Tongareva - Settlements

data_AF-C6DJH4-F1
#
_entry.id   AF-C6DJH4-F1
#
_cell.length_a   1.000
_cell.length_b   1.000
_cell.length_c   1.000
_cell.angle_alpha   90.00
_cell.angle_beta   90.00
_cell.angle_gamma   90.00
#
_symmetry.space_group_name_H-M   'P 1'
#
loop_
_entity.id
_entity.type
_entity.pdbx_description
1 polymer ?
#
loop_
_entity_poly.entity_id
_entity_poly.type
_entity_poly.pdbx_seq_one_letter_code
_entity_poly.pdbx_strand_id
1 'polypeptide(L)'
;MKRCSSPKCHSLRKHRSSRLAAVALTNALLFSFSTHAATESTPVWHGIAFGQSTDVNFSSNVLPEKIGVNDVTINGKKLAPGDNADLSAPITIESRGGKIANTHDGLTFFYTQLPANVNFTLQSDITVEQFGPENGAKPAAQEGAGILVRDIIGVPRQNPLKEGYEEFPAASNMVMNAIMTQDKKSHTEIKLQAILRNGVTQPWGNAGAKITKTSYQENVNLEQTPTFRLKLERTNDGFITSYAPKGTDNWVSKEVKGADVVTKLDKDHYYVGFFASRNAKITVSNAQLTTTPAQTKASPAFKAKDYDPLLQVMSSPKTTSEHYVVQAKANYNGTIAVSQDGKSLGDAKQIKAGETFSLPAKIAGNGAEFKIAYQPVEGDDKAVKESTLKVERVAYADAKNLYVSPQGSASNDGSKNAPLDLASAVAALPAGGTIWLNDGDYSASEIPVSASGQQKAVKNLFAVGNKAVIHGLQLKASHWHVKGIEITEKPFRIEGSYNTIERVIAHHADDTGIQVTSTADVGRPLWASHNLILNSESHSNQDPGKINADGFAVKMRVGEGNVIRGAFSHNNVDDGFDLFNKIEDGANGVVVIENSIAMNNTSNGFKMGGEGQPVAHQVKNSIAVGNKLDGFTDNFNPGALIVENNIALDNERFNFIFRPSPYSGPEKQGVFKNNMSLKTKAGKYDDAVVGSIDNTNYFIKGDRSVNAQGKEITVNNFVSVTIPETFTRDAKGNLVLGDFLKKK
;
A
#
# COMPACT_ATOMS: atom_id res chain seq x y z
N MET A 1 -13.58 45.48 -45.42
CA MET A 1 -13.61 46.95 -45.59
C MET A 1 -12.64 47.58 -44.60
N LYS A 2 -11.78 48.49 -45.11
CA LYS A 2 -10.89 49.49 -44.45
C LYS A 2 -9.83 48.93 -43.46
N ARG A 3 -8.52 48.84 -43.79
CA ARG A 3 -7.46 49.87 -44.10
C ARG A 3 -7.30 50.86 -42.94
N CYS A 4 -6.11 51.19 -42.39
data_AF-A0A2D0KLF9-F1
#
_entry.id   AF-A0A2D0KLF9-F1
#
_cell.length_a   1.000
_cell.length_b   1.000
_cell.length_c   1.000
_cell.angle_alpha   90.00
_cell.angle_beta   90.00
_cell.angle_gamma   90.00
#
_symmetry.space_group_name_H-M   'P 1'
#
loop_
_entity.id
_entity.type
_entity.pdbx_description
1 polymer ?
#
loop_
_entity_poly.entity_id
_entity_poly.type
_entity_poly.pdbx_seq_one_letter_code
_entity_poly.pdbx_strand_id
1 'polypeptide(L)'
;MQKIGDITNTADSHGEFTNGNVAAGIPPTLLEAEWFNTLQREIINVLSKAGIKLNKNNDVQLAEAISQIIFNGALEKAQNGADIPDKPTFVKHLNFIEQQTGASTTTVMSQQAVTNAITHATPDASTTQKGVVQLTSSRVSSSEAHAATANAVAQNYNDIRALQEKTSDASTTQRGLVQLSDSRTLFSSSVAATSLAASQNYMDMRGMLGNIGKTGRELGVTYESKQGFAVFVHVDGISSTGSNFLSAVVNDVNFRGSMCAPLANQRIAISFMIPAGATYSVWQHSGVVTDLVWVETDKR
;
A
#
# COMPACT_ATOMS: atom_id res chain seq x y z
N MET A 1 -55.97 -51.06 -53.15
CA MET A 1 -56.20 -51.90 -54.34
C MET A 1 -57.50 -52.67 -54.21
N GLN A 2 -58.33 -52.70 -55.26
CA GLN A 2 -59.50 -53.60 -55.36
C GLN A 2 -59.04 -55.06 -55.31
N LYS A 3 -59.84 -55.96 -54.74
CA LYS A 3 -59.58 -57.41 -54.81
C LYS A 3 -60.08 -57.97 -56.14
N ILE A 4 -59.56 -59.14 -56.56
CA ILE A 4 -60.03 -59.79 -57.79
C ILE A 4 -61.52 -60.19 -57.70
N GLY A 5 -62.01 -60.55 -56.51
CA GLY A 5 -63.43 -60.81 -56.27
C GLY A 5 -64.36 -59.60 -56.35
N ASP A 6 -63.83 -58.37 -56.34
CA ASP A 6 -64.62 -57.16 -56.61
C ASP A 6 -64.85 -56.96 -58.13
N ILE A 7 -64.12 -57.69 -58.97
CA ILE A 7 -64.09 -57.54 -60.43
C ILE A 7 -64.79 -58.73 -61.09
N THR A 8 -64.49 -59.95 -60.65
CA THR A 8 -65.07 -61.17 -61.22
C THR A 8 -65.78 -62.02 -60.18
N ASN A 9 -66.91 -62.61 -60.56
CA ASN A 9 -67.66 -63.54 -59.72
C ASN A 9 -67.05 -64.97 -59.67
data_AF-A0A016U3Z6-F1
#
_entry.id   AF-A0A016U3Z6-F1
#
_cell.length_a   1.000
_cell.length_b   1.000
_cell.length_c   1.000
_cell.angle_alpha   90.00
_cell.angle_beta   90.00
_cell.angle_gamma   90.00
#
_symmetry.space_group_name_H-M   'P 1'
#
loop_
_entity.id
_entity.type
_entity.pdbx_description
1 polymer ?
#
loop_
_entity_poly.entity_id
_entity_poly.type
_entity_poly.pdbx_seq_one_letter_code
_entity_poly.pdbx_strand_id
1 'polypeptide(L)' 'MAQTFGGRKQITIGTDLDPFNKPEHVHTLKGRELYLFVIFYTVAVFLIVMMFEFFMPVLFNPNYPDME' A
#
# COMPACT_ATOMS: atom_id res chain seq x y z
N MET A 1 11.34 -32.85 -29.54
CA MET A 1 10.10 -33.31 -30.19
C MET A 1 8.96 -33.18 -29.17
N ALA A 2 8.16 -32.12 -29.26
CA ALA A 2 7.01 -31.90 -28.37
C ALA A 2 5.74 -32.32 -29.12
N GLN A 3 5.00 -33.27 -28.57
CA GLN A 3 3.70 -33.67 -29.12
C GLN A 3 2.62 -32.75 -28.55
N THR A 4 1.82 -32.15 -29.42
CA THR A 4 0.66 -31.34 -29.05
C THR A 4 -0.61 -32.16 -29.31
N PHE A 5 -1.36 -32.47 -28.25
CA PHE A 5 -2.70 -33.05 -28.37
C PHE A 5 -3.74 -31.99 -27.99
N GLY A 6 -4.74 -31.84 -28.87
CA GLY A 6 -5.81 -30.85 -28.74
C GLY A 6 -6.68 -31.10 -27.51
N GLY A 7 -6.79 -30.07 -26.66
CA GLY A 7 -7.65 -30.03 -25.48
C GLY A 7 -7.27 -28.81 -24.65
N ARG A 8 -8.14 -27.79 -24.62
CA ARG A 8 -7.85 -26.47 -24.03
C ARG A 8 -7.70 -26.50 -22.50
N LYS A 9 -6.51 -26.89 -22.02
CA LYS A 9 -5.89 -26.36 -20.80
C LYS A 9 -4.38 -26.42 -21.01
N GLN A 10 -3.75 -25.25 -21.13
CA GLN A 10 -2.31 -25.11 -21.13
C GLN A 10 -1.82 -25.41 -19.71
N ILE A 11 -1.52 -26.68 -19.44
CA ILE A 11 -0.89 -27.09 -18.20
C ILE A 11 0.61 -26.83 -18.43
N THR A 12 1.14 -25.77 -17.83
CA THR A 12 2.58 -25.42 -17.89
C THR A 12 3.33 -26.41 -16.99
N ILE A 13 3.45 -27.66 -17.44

With the exception of some small unpopulated cays, a few depopulated islets in the northeast, and several strips of unclaimed land, the population in 1853 was distributed fairly evenly around the atoll. In times of peace, family-based settlements of a few houses, sometimes set around a plaza or public place, were dispersed across the land, a pattern that may have developed to protect the food supply from raiders. When war threatened, however, the islanders commonly clustered their houses into villages for mutual protection and rapid mobilization against enemy attacks. There were at least two styles of housing. The most common kind of house was about 2 meters wide, 2.5 meters long, and 1.8 meters high; it featured a roof of plaited coconut fronds with the eaves resting on the ground and the front and back enclosed by more plaited fronds. On some islets, though, there were also larger houses, probably belonging to people of eminence. These dwellings were about 3 or 4 meters square and 1.8 meters at the ridge-pole, with their eaves supported on 30-centimeter stakes. Although they had no walls beneath the eaves, matting often was used against the wind. Houses of both types commonly rested on rectangular stone floors, strewn with coral gravel and curbed with thin slabs of coral that jutted 10-30 centimeters above the ground. Pandanus-leaf mats sometimes covered the floors.

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